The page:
Did you know that there's a way to put your body through a (mild) workout without actually heading to the gym? Simply go to a sauna.
How does it work?
Saunas are typically heated to high temperatures (usually, 158 to 212°F), which does two things to your body: 1) It creates an environment that induces sweating, which is how your body eliminates toxins, and 2) It gives your heart a workout by dilating your capillaries and improving your blood flow.
Plus, saunas have been found to help with a number of health issues, including: chronic fatigue, congestive heart failure, mild depression, and Rheumatoid arthritis.
So, what are you waiting for? Here's a list of my top five favorite saunas in Manhattan.
Aire Ancient Baths: If you're looking to truly unwind (and to treat yourself—in order to use the spa, you have to book a two-hour session that includes a massage treatment), Aire should be your first choice. A subterranean, cavernous spa that recently opened in a former textile factory in TriBeCa, Aire has dark, exposed brick everywhere, high ceilings, and candlelight and lanterns dotting the walls and floors. Upon arrival, you'll be served hot tea and supplied with a robe, a towel, and a pair of slippers. Then, the luxurious facilities will be yours to explore while you await your massage: six thermal baths (the hot bath, the ice and cold plunges, the warm pool, the jet pool, and the flotarium aka the salt water pool), as well as the eucalyptus steam room. The spa itself feels like the most peaceful corner of the world, and—trust me—the massage will be unforgettable.
88 Franklin Street, New York, NY
Bliss 49 Spa: Bliss 49 is one of my favorite Bliss locations in the city—two quiet floors that have helped me secretly unwind in the middle of a workday more than once this year. While you have to book a treatment to have access to the sauna facilities on the second floor (i.e., a facial, massage, or body treatment), it will be worth it: the locker rooms are super clean (you get a robe, slippers, and unlimited towels), the steam and sauna rooms are small but serene (and almost always empty), and the snacks in the waiting room include brownie bites. What more could you ask for?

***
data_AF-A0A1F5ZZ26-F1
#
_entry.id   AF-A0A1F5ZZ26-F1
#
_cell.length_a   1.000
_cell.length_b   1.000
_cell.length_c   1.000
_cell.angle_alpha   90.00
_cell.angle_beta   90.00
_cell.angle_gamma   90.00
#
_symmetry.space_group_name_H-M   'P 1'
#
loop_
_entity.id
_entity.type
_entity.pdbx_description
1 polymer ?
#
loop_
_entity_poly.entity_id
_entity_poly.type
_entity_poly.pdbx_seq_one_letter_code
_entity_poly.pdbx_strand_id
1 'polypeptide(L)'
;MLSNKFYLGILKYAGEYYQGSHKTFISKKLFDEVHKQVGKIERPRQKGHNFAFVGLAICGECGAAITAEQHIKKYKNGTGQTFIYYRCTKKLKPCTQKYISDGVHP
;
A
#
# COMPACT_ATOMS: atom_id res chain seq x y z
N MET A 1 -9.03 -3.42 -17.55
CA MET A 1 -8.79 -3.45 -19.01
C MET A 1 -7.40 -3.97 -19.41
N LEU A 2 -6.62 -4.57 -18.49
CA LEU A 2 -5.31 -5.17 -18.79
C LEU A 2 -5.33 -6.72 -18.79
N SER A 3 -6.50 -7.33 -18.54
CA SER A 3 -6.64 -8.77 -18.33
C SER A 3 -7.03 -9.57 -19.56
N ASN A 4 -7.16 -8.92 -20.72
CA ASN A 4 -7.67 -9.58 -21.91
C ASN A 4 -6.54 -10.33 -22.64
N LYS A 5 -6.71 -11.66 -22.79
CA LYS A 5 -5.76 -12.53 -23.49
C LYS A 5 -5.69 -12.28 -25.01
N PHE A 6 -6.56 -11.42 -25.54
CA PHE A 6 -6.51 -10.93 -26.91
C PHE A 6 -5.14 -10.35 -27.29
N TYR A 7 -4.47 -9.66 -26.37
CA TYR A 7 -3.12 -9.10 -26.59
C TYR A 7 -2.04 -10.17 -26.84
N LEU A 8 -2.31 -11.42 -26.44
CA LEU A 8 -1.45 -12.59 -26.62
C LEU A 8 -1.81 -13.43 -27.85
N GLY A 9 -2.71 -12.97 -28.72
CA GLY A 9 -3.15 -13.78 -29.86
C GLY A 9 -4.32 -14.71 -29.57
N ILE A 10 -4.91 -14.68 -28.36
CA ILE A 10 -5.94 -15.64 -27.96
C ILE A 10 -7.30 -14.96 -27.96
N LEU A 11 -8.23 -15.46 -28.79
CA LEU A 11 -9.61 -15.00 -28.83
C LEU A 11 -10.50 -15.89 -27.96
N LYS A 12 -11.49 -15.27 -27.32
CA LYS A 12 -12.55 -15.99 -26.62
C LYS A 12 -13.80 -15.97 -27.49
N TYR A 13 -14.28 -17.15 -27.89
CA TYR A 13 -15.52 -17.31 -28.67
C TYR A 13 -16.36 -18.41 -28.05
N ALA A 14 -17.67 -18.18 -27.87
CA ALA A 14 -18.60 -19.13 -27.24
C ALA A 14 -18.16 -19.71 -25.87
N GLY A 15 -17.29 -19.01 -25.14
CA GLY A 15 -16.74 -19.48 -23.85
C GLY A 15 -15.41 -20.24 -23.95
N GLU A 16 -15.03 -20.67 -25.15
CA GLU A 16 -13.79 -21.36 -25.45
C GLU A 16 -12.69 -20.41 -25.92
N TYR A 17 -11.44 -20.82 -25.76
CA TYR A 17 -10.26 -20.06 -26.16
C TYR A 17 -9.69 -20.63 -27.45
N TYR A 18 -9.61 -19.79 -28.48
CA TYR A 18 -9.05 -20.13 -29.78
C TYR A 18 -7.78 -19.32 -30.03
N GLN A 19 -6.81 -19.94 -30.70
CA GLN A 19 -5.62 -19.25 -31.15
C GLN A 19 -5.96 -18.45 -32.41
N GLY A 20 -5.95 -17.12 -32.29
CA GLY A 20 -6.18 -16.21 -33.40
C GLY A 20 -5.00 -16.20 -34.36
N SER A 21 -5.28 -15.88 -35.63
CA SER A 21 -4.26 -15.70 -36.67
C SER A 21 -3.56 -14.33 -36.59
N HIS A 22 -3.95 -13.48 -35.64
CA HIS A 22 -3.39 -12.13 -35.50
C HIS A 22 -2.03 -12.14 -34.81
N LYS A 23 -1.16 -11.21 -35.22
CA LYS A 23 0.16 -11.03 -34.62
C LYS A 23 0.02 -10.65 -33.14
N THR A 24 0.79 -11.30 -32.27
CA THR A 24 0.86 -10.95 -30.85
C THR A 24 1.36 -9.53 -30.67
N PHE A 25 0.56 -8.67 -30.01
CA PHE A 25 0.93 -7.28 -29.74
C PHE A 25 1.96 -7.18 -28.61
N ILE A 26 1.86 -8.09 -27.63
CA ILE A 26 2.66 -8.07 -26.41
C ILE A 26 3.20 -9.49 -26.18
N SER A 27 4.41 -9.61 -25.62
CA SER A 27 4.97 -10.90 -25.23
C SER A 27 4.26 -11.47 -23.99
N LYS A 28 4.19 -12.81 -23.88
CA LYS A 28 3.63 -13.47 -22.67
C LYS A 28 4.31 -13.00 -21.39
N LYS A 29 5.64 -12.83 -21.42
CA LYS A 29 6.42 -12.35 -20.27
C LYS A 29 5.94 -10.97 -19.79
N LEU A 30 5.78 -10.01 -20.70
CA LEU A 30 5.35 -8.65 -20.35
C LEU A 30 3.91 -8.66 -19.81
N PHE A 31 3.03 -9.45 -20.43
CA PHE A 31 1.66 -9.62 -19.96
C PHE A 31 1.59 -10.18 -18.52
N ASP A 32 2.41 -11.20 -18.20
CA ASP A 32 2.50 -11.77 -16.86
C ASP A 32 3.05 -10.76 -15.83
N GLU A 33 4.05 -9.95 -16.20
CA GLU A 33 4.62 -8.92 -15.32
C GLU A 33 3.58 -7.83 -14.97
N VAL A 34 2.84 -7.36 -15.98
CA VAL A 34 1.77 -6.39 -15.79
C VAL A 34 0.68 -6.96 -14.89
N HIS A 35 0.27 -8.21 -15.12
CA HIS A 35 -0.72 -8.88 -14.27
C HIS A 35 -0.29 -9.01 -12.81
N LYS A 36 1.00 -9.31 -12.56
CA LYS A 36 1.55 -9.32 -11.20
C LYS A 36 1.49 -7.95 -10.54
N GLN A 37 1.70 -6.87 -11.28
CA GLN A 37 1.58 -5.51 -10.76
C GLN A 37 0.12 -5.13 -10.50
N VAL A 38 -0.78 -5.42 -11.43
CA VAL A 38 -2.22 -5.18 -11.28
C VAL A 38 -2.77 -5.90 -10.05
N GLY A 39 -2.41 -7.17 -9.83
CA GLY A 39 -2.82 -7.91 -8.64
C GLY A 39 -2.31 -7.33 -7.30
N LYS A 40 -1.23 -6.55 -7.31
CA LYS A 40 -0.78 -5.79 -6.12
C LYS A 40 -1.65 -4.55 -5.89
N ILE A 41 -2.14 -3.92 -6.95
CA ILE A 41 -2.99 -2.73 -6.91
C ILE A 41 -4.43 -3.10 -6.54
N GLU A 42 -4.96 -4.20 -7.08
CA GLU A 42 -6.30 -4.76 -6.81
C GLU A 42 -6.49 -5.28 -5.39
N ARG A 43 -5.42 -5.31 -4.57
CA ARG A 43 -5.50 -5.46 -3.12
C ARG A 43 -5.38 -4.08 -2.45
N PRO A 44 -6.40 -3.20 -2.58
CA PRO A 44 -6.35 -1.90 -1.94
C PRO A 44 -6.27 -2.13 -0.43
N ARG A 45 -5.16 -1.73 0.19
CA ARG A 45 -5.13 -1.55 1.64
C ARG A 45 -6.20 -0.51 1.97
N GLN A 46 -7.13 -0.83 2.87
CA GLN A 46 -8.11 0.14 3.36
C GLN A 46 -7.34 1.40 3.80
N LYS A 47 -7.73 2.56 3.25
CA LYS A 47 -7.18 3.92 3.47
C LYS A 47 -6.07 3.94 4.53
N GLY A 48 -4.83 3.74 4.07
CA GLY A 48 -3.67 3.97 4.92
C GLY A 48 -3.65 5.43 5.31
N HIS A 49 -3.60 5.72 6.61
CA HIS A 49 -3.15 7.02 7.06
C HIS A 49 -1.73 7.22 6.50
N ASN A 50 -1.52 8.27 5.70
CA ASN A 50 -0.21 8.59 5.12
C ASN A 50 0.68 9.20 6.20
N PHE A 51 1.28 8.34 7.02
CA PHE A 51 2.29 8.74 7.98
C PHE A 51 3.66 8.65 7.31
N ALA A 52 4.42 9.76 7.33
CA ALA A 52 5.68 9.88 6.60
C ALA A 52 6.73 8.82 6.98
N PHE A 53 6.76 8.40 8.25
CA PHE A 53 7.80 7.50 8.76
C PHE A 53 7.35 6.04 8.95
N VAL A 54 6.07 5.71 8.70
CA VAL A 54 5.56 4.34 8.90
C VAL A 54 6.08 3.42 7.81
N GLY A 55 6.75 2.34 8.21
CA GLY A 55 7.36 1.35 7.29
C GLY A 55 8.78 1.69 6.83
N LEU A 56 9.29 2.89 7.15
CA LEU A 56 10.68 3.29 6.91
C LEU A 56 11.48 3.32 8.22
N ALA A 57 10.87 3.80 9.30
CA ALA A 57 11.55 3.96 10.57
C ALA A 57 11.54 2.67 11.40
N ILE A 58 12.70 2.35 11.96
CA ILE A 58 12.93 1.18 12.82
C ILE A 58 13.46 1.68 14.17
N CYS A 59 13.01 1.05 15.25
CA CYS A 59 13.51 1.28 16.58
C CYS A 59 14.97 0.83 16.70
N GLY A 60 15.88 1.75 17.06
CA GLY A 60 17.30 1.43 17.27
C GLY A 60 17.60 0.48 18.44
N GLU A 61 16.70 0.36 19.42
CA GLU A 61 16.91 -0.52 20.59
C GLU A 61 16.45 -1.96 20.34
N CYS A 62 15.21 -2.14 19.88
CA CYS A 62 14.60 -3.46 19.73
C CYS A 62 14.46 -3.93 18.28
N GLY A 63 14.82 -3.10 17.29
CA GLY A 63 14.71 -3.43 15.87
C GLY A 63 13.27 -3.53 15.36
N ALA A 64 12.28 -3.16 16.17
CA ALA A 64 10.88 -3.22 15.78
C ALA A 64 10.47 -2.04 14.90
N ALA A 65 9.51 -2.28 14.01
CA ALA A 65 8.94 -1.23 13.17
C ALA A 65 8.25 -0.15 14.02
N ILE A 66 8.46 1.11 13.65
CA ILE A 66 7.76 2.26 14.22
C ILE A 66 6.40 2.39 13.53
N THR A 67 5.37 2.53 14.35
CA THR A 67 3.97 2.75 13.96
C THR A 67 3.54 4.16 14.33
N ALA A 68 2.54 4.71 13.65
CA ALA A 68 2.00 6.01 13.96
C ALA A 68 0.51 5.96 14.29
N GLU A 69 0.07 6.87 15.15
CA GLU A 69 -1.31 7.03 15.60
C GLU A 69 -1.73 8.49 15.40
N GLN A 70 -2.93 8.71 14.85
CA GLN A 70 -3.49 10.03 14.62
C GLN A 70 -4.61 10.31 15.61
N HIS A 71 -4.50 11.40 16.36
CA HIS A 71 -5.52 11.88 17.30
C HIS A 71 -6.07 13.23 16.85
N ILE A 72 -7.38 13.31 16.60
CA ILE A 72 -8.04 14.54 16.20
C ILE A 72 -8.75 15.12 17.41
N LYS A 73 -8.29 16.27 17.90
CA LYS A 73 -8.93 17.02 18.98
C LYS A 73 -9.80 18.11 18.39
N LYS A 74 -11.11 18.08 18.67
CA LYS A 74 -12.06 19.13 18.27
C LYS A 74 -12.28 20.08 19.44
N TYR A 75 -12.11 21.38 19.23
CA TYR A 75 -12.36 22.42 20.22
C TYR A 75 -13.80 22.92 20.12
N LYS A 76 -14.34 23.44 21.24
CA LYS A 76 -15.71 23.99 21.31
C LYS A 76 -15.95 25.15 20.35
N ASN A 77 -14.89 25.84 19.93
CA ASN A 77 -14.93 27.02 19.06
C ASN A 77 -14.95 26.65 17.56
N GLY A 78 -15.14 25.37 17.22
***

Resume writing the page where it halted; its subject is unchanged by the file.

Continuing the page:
541 Lexington Ave (at E 49th St), New York, NY
Great Jones Spa: This 15,000 square foot, 3½ story facility was inspired by the Roman Caracalla baths, where water was at the center of everything. While the spa is now showing signs of wear and tear (with renovations planned for September 2016), it's still a great experience for a public bath. Admission is $50 (or free for three hours with any spa services), and includes access to the River Rock sauna, the Chakra-Light steam room, the thermal hot tub, and the cold plunge pool. Great Jones provides you with slippers and robes, and you can BYOB your champagne.
29 Great Jones Street, New York, NY
Juvenex Spa: Located in Koreatown next to an H-Mart supermarket, Juvenex is a 24-hour spa that combines Asian, European, and American remedies. Not as clean as the other spas on this list (maybe being open all the time has something to do with it), the facilities include a jade igloo sauna (apparently made of 20 tons of semi-precious stones); a diamond herbal glass steam room; a baked-clay detoxification sauna; and Japanese-style soaking ponds filled with Sake, Kombu algae, and other things...like tea. It's women-only from 7am to 5pm, after which it becomes co-ed (and—if you stay late enough—occasionally host to massive parties).
25 W 32nd St, New York, NY
Wall Street Bath & Spa: A Russian spa designed to look like an 'Old World bathhouse' (with traditional decorations throughout), the two-story Wall Street Bath & Spa definitely gives you a bang for your buck ($40 admission for unlimited hours). The facilities include a Russian sauna, an Old American Schvitz room, an infrared sauna, an ice room, and an Eucalyptus steam room, as well as a cold plunge pool, a sizable swimming pool, and a jacuzzi. The best part? The low-key restaurant serving a full menu of Russian salads, appetizers, and entrees. The second best part? The delicious juice bar.
88 Fulton Street, New York, NY
By Ona Abelis
Ona is a Brooklyn-based writer who will spending the next year getting back into her fitness groove. And maybe skydiving.